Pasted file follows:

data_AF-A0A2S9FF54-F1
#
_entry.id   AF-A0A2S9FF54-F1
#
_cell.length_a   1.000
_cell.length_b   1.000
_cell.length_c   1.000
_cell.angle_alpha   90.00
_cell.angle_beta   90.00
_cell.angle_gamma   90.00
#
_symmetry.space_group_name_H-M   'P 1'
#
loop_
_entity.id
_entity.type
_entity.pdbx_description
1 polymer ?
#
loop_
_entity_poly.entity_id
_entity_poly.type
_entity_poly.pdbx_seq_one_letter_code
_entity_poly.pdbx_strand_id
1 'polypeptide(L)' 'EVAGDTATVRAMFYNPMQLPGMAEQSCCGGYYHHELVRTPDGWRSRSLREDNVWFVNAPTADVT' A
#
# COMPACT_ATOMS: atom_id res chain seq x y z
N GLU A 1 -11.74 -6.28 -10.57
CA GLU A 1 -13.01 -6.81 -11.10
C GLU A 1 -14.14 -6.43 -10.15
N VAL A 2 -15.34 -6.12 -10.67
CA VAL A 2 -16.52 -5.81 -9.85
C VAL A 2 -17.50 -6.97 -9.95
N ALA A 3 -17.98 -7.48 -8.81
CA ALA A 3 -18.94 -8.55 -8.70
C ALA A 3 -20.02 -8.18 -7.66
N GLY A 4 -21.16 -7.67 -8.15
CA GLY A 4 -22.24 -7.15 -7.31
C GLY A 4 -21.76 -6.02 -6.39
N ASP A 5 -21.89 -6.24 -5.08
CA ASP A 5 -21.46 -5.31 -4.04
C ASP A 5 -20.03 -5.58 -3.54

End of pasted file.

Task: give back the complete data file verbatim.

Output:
data_AF-A0A2S9FF54-F1
#
_entry.id   AF-A0A2S9FF54-F1
#
_cell.length_a   1.000
_cell.length_b   1.000
_cell.length_c   1.000
_cell.angle_alpha   90.00
_cell.angle_beta   90.00
_cell.angle_gamma   90.00
#
_symmetry.space_group_name_H-M   'P 1'
#
loop_
_entity.id
_entity.type
_entity.pdbx_description
1 polymer ?
#
loop_
_entity_poly.entity_id
_entity_poly.type
_entity_poly.pdbx_seq_one_letter_code
_entity_poly.pdbx_strand_id
1 'polypeptide(L)' 'EVAGDTATVRAMFYNPMQLPGMAEQSCCGGYYHHELVRTPDGWRSRSLREDNVWFVNAPTADVT' A
#
# COMPACT_ATOMS: atom_id res chain seq x y z
N GLU A 1 -11.74 -6.28 -10.57
CA GLU A 1 -13.01 -6.81 -11.10
C GLU A 1 -14.14 -6.43 -10.15
N VAL A 2 -15.34 -6.12 -10.67
CA VAL A 2 -16.52 -5.81 -9.85
C VAL A 2 -17.50 -6.97 -9.95
N ALA A 3 -17.98 -7.48 -8.81
CA ALA A 3 -18.94 -8.55 -8.70
C ALA A 3 -20.02 -8.18 -7.66
N GLY A 4 -21.16 -7.67 -8.15
CA GLY A 4 -22.24 -7.15 -7.31
C GLY A 4 -21.76 -6.02 -6.39
N ASP A 5 -21.89 -6.24 -5.08
CA ASP A 5 -21.46 -5.31 -4.04
C ASP A 5 -20.03 -5.58 -3.54